If you’ve had The Conversation and taken a vacation, you should be well on your way to establishing the trust and sense of “we’re in this together” that was the goal of Phase 1: Team Building.

If you have no idea what I’m talking about…This is the second week in my series The Step-by-Step, Blow-by-Blow Guide to Introducing New Foods that’s Guaranteed to Change How Your Kids Eat. If you are new to this series, start here.

Growing a Good Taster means your only goal right now is teaching your children how to be confident tasters.

Never ask your children to eat anything they have just tasted. Trust that your children will ask to eat something if they want to eat it.

Think of this as a science experiment. Your goal is to teach your kids how to explore new foods using their senses so they feel comfortable approaching new foods. This is about TRUST, not about the food.

  • Use a pea-sized sample of food.
  • Ask your children to describe some aspect of the food.
  • Some children will tentatively taste a tiny taste. Other children need to touch or smell the food first. And some other kids, need to work on looking at different foods.

Remember, your kids are wary, skeptical and ready to run for the hills at the first sight of danger. So, make this easy for your children.

Ways to make it easy:

  • Explore foods your kids already like to eat.
  • Explore variations of foods your kids already like to eat.
  • Mix up the times when you are focusing on sight with times you are working on exploring with touch, etc.
  • Let your children have fun by playing with their food. Roll peas, squish melon. You get my point.
  • Let your children taste the same new food multiple times. They’ll think they are getting away with something (or tricking you) but you’ll know that this is how your children will get to the magic number of tastes that it takes before kids accept a new food.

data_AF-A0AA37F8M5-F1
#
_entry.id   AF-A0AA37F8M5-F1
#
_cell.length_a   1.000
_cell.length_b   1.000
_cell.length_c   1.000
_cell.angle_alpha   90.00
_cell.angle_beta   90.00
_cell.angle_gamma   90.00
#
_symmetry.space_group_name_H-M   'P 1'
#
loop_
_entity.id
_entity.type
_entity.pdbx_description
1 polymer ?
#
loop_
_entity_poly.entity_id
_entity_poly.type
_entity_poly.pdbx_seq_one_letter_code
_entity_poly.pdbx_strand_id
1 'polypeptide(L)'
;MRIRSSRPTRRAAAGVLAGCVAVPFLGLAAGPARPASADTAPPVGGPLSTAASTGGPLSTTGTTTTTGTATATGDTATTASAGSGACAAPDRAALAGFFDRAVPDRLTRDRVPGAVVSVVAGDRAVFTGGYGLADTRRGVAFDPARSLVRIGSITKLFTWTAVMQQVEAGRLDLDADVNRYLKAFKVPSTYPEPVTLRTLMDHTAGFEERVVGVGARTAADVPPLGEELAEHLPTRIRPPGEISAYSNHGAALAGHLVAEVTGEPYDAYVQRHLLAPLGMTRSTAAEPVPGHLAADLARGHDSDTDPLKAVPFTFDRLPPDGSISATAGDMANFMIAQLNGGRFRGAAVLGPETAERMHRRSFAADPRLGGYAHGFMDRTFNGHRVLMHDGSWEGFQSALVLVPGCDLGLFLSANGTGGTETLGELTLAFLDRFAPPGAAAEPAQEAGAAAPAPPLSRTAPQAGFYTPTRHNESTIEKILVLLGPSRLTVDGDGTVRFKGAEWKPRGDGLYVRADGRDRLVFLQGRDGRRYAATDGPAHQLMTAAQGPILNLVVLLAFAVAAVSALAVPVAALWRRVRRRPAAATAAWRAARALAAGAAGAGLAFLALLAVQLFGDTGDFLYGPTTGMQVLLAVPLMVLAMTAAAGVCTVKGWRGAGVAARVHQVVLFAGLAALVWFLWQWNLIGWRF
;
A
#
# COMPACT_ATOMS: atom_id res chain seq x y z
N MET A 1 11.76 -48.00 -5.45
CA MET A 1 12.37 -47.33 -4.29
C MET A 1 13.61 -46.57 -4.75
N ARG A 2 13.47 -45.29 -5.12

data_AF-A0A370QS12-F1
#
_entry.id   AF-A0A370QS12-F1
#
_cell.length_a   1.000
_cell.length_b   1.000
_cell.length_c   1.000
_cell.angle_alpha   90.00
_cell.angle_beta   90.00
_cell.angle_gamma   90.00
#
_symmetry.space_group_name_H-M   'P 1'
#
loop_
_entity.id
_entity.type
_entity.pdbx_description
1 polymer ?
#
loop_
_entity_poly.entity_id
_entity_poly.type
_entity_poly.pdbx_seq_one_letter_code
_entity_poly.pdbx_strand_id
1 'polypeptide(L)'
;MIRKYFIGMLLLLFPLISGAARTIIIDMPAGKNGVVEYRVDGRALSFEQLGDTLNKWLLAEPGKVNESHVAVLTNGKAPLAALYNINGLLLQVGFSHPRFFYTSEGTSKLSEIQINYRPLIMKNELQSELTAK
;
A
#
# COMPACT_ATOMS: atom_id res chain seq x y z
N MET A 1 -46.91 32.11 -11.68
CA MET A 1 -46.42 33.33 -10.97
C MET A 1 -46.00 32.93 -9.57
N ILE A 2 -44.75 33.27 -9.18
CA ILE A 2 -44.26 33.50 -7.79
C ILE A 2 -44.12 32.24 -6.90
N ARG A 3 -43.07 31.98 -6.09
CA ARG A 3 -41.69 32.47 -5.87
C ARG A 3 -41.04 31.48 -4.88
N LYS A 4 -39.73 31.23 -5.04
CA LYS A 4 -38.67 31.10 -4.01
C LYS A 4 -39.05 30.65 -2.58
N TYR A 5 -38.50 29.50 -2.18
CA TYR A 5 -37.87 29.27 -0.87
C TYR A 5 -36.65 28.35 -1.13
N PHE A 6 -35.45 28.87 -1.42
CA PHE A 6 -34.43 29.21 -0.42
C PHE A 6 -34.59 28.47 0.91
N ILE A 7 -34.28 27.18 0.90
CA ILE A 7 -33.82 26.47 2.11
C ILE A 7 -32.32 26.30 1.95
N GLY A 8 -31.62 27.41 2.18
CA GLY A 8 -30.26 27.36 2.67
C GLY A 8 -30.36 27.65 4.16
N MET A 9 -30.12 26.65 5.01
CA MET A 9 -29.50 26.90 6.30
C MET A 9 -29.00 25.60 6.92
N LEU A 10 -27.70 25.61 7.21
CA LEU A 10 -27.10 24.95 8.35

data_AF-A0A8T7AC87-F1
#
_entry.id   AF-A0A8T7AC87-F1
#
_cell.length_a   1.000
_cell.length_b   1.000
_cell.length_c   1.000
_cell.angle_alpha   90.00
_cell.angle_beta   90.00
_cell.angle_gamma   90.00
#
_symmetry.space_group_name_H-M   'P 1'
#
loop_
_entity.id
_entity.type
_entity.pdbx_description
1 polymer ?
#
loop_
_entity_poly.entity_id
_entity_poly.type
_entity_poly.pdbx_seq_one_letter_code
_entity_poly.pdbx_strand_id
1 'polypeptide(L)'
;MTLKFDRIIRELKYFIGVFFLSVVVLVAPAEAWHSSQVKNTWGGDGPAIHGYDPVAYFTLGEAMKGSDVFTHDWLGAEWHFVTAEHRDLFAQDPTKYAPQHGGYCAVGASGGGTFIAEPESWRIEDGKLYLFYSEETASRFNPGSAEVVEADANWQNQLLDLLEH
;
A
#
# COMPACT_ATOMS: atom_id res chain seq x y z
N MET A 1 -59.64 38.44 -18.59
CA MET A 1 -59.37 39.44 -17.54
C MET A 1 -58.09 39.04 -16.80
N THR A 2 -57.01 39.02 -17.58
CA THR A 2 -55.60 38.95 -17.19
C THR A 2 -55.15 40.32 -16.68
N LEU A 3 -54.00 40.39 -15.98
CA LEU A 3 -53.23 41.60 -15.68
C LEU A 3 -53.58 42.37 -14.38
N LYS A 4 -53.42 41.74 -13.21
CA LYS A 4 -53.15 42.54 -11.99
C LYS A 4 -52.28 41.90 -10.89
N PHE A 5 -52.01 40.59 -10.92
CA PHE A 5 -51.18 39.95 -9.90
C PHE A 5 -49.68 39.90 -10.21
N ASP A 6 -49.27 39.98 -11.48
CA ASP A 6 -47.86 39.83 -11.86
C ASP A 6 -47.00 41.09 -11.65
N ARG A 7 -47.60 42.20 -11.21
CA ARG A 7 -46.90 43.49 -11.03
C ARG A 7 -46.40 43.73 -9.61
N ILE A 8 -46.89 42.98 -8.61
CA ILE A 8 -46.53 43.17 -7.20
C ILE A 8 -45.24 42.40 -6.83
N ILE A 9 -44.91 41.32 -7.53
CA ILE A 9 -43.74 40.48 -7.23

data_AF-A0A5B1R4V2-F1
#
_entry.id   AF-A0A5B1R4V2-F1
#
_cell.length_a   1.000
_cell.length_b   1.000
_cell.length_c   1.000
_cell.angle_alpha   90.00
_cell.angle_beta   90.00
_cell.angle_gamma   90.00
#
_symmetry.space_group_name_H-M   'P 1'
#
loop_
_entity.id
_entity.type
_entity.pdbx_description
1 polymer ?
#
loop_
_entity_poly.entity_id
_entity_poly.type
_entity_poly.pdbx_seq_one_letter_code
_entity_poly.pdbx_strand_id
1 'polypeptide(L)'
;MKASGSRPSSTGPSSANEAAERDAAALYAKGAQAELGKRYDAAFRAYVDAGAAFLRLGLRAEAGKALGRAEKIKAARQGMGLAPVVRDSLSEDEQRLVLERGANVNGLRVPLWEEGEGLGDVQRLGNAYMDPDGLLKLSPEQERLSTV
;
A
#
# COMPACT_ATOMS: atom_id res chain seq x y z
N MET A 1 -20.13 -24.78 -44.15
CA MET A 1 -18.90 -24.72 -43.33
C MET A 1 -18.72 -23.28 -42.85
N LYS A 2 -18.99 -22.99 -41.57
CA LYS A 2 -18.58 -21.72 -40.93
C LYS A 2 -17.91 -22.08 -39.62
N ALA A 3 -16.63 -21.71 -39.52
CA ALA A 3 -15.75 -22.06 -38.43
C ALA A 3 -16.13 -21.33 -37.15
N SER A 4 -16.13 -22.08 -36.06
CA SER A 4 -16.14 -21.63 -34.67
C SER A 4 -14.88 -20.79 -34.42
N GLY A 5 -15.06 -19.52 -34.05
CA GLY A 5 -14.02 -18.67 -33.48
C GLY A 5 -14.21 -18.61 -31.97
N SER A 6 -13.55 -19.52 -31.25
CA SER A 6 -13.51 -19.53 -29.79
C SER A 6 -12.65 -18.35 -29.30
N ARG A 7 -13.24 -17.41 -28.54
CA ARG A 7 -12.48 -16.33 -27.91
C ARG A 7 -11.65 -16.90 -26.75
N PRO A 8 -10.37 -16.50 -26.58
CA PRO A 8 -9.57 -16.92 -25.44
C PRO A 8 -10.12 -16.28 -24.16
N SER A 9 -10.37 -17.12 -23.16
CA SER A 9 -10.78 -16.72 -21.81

Answers to common questions

  1. How often do we have to do tastings? It doesn’t matter but try to do this regularly. I recommend once a day.
  2. Does this have to happen at the same time each day? No. Take advantage of opportunities as they arise.
  3. What happens if my kids refuse to play along? It means you are asking them to do something that is too tough. Say OK, and then tomorrow, dial things back. Instead of asking for a taste, ask for a smell, a touch or, if need be, a look.
  4. How will tasting different flavors of ice cream help my children learn to eat vegetables? Once your children are comfortable tasting any kind of food they’ll be more willing to taste vegetables. When they do, it will be a “real” taste. Not the kind of taste they do just to keep you off their backs!

Forget about “LIKE.”

All too often, the Like/Dislike dichotomy puts new foods in the dislike box. Once there, it is hard to move the new food out. Avoid the box and ask your children to describe the food. If they say “yuk” or that they don’t like something, ask them why.

Get a list of descriptive words here.

Got questions? Ask. See you tomorrow.

~Changing the conversation from nutrition to habits.~

Read the next installment in the series here.